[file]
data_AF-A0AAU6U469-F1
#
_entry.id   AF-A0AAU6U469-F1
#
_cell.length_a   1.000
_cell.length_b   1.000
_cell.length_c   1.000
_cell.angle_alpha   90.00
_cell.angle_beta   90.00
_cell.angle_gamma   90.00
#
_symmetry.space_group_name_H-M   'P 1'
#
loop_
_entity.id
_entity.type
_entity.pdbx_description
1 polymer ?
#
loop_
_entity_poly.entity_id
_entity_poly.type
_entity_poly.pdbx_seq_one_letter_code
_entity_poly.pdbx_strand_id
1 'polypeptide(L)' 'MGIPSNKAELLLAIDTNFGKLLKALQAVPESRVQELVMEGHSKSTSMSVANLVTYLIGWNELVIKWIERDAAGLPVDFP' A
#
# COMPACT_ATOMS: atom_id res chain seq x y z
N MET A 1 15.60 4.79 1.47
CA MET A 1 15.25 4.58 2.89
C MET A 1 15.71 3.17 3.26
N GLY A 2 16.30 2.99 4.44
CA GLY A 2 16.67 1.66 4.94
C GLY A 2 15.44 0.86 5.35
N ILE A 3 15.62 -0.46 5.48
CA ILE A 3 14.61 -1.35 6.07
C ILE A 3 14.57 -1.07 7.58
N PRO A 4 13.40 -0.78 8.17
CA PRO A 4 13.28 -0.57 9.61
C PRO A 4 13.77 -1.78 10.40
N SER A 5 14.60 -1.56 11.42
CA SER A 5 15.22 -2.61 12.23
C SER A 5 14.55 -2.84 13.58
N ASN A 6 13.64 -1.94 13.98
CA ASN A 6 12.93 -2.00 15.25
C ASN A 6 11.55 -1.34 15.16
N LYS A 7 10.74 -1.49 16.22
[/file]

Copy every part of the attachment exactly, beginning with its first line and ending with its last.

data_AF-A0AAU6U469-F1
#
_entry.id   AF-A0AAU6U469-F1
#
_cell.length_a   1.000
_cell.length_b   1.000
_cell.length_c   1.000
_cell.angle_alpha   90.00
_cell.angle_beta   90.00
_cell.angle_gamma   90.00
#
_symmetry.space_group_name_H-M   'P 1'
#
loop_
_entity.id
_entity.type
_entity.pdbx_description
1 polymer ?
#
loop_
_entity_poly.entity_id
_entity_poly.type
_entity_poly.pdbx_seq_one_letter_code
_entity_poly.pdbx_strand_id
1 'polypeptide(L)' 'MGIPSNKAELLLAIDTNFGKLLKALQAVPESRVQELVMEGHSKSTSMSVANLVTYLIGWNELVIKWIERDAAGLPVDFP' A
#
# COMPACT_ATOMS: atom_id res chain seq x y z
N MET A 1 15.60 4.79 1.47
CA MET A 1 15.25 4.58 2.89
C MET A 1 15.71 3.17 3.26
N GLY A 2 16.30 2.99 4.44
CA GLY A 2 16.67 1.66 4.94
C GLY A 2 15.44 0.86 5.35
N ILE A 3 15.62 -0.46 5.48
CA ILE A 3 14.61 -1.35 6.07
C ILE A 3 14.57 -1.07 7.58
N PRO A 4 13.40 -0.78 8.17
CA PRO A 4 13.28 -0.57 9.61
C PRO A 4 13.77 -1.78 10.40
N SER A 5 14.60 -1.56 11.42
CA SER A 5 15.22 -2.61 12.23
C SER A 5 14.55 -2.84 13.58
N ASN A 6 13.64 -1.94 13.98
CA ASN A 6 12.93 -2.00 15.25
C ASN A 6 11.55 -1.34 15.16
N LYS A 7 10.74 -1.49 16.22